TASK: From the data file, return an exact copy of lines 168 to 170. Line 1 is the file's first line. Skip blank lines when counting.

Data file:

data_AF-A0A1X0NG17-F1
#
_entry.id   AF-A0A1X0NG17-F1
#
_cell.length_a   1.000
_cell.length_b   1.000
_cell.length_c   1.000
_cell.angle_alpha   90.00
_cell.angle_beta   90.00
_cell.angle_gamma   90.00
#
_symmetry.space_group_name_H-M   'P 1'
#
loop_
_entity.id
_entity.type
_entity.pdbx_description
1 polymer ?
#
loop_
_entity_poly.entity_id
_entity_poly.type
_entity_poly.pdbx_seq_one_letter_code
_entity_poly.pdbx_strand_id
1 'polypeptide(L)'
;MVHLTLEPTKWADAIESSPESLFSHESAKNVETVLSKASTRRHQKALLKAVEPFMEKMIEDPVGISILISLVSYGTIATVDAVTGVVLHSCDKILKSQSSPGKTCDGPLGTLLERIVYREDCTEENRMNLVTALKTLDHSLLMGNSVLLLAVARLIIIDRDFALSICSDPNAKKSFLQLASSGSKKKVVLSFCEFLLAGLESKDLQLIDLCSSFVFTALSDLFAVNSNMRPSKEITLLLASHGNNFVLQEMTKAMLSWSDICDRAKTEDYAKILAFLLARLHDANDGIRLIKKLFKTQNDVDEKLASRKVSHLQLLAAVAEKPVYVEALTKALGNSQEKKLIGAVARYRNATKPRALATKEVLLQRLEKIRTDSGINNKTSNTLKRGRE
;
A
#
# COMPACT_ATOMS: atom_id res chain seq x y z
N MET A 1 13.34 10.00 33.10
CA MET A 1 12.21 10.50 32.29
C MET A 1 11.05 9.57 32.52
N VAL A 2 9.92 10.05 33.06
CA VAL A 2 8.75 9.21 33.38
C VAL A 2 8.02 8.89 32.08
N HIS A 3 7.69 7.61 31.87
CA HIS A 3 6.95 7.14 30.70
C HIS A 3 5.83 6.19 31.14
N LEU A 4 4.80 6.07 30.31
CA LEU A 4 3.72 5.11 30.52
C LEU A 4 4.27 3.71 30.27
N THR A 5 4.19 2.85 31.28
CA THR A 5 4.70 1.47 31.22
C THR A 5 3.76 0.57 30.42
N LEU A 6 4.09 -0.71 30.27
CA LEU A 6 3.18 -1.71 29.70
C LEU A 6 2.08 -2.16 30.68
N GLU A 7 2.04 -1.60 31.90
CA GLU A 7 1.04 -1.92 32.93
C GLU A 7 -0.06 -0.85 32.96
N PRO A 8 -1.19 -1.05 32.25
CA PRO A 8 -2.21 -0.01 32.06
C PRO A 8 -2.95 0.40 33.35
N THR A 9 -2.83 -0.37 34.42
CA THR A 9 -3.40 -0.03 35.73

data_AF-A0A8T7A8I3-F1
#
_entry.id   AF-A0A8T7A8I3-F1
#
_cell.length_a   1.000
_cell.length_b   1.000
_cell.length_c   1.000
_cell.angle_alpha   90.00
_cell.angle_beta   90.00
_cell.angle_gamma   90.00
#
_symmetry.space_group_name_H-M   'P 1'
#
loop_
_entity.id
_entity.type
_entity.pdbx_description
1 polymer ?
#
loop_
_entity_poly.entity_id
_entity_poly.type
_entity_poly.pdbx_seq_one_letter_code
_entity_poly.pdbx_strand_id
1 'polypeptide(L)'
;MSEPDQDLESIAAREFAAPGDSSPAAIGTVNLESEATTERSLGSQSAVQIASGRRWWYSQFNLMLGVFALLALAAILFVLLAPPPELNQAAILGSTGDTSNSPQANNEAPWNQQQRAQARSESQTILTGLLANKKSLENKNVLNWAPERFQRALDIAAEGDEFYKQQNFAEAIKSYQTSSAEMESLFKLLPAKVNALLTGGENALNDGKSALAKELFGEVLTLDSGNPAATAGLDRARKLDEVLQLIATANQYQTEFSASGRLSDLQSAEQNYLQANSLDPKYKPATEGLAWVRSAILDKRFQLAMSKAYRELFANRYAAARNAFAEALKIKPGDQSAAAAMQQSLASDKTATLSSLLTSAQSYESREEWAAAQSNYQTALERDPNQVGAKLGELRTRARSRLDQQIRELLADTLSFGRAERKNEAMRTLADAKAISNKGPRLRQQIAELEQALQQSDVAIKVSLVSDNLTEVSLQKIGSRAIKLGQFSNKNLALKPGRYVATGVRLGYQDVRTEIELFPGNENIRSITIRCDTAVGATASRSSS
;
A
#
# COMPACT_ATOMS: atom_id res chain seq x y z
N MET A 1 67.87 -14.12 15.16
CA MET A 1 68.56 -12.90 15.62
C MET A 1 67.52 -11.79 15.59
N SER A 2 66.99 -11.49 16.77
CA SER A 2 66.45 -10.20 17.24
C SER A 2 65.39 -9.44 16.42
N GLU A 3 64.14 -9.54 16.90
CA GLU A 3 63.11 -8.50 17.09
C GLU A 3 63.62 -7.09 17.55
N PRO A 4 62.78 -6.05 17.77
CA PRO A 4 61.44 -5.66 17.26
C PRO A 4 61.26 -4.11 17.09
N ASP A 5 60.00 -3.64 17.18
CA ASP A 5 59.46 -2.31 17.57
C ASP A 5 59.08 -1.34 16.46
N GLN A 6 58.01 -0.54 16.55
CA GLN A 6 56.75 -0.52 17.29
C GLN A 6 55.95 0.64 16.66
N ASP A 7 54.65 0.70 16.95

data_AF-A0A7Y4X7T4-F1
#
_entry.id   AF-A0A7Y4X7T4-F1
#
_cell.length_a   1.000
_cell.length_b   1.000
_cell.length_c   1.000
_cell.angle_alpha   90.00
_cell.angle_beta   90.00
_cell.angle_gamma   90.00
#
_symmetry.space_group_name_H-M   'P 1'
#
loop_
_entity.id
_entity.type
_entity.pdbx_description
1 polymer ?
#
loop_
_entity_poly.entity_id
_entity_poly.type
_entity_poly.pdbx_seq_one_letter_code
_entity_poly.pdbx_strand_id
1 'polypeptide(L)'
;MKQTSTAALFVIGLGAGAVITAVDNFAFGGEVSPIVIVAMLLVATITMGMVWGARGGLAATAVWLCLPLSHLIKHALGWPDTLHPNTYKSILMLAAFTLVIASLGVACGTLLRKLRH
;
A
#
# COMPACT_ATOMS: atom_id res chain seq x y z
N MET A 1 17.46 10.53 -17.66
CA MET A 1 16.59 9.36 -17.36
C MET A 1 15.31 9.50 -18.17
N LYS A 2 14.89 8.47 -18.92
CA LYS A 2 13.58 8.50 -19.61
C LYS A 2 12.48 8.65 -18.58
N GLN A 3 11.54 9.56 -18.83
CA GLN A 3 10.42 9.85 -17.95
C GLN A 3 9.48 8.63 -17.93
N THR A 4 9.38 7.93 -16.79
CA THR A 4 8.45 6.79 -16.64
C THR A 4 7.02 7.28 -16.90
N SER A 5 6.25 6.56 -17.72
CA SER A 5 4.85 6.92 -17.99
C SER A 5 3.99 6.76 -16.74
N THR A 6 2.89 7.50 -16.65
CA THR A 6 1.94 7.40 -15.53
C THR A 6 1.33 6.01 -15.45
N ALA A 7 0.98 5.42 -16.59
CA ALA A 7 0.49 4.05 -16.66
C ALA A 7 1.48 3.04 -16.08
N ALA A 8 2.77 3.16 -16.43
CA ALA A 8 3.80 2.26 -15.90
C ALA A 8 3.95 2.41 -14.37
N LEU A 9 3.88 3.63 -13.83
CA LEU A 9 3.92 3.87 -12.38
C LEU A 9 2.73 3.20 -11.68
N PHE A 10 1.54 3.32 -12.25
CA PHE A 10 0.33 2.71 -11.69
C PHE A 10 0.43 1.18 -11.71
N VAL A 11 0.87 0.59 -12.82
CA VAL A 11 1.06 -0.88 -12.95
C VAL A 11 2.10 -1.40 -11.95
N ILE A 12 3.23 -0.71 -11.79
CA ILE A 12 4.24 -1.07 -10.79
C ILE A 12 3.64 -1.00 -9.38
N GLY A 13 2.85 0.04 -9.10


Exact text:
C VAL A 11 2.10 -1.40 -11.95
N ILE A 12 3.23 -0.71 -11.79
CA ILE A 12 4.24 -1.07 -10.79